'The Other Woman' Review: Tasteless and Uninventive

By Paige Paswaters,
Author Rating: 
2.5 Stars

This weekend the main feature was The Other Woman, with its primary stars being Cameron Diaz and Leslie Mann. The numbers at the box office brought the movie to the number one spot, but viewers and critics beg to differ.

Unfortunately, if you happened to watch the trailer, then you have seen all the highlights the film has to offer. Cameron Diaz plays Carly, an intelligent and daring lawyer in New York City, who finds out that her businessman beau has a wife back in Connecticut. Leslie Mann plays the wife, Kate King. Mann is the sole provider of humor in this film, and I do not wish to undermine that. Her acting was superb per usual. The only thing missing was a dense enough script and stars that could complement her comedic ability.

The film included stars that do not have the same background as Leslie Mann. Celebrities like Nikki Minaj and Kate Upton, who have no acting background whatsoever, were incorporated primarily for their curves and recognizable names. Nikki Minaj acted as Carly’s assistant at the law firm. Her attitude was intended to be funny, but it was more unimpressive than anything. Her character served no purpose.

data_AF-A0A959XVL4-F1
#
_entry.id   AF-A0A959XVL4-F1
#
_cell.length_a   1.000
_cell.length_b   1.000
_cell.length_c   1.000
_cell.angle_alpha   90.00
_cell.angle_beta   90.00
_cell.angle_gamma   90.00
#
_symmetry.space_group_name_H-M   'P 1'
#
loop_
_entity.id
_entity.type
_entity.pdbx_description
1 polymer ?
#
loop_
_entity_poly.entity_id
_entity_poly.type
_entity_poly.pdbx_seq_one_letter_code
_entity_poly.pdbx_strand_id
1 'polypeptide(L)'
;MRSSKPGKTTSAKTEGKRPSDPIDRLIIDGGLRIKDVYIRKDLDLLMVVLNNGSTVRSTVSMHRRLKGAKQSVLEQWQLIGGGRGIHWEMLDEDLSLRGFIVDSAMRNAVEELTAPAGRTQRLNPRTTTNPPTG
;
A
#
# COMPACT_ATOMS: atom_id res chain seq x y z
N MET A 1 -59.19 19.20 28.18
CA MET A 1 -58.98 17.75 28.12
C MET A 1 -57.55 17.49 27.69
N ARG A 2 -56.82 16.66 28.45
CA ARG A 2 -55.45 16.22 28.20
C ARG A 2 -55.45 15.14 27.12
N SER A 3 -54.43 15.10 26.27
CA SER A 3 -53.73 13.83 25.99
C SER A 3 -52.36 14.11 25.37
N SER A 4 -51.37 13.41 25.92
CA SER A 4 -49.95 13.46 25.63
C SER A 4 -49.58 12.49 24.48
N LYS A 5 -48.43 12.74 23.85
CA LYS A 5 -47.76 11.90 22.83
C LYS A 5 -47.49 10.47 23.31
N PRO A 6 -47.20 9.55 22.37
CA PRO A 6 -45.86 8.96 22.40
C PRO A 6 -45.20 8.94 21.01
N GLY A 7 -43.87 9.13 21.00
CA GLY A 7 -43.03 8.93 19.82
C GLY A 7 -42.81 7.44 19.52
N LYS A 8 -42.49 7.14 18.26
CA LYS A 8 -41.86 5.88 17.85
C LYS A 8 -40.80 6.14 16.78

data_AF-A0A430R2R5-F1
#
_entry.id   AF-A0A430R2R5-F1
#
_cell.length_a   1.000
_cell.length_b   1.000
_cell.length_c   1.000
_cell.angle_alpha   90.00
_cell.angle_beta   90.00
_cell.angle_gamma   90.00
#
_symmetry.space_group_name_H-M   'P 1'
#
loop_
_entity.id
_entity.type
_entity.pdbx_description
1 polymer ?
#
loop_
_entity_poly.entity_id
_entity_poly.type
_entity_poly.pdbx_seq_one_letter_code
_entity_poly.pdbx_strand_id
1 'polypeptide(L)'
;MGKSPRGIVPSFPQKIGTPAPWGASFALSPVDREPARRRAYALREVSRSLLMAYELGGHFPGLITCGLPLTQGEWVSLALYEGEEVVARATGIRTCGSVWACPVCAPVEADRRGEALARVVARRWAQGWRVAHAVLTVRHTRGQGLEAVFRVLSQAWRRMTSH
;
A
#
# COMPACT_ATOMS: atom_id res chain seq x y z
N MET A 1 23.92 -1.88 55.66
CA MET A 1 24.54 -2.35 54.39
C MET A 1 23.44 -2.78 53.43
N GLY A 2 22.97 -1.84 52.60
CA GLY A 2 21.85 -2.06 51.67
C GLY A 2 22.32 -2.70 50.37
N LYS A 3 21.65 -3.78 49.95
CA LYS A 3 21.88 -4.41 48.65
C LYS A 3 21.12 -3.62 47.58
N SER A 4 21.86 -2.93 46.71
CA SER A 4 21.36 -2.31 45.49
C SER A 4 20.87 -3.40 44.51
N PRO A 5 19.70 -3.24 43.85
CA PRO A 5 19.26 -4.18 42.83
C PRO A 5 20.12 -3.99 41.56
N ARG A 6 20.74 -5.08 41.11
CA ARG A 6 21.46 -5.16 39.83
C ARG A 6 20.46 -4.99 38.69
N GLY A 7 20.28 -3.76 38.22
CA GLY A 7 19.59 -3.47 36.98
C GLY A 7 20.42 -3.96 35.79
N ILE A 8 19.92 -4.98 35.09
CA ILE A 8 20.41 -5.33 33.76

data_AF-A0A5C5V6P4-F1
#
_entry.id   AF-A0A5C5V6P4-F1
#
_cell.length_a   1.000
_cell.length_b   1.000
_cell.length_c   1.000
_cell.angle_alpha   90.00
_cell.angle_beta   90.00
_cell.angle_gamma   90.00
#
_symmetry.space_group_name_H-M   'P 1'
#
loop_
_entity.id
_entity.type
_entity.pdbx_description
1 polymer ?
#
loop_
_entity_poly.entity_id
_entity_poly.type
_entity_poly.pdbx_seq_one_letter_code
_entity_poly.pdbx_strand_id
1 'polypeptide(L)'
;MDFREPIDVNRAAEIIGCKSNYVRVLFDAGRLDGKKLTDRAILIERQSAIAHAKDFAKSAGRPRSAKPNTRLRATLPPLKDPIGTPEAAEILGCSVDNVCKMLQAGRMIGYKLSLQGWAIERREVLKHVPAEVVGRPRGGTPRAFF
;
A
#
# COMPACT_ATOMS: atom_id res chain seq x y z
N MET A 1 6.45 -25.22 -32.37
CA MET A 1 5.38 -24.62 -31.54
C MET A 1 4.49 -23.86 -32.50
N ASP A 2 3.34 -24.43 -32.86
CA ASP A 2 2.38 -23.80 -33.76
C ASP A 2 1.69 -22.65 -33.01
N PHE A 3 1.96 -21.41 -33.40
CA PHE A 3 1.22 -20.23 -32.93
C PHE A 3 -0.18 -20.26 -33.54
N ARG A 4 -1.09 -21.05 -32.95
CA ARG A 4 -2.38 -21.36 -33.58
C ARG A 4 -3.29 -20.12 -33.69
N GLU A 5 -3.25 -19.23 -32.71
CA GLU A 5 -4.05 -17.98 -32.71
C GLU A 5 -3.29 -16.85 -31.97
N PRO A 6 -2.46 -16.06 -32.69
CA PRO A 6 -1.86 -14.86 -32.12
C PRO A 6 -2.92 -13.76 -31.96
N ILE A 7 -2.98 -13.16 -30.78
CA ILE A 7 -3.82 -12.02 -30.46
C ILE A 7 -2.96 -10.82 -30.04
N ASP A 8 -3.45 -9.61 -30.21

Nikolaj Coster-Waldau starred as the smug husband, a traveling businessman with mistresses all around the world. At this point in his career, Coster-Waldau is best known for his part as Jamie Lannister in the hit HBO series, Game of Thrones. Therefore, it may have been hard for some to see him in such an opposing role. Not to say his acting was subpar, but Game of Thrones’ success has far more to offer Coster-Waldau as far as showcasing his talent.

The concept was not the only unoriginal component. The Other Woman is an uninventive title and has been done before. The movie had a great amount of potential, but sadly this was unmet. Further, the cinematography was strange at times. There were parts that didn’t fit and ruined the flow of the story. A few examples include: Kate King’s panic attack in Carly’s office, Carly falling through the roof of Kate’s porch, and Mark running through a glass office. The scenes appeared unrealistic and phony.

Another strange line that received no laughter was Carly’s comment about Martha Stewart handling prison like a “boss.” It didn’t receive the response that the director, Nick Cassavetes, probably envisioned. There were several parts that acted as “fillers,” meaning the movie time definitely could have been cut down. Additionally, I felt the short excerpts at the end were unnecessary and cheesy. We could have drawn our own conclusions about the characters’ futures.

I will leave this review on a good note, however. I appreciated the character of Phil, Kate’s brother. Phil, played by Taylor Kinney, provided a more genuine role to the mix and actually ended up being a love interest to Carly in the end. He was down to earth and brought the chaos down to reality. Further, I did like the relationship between Cameron Diaz and Leslie Mann. They made an interesting and unusual duo, but it worked. Together, they defeat their mid-life crisis, and instead curse it upon their ex-lover.

My recommendation is to wait until this movie is a dollar rental at Redbox.



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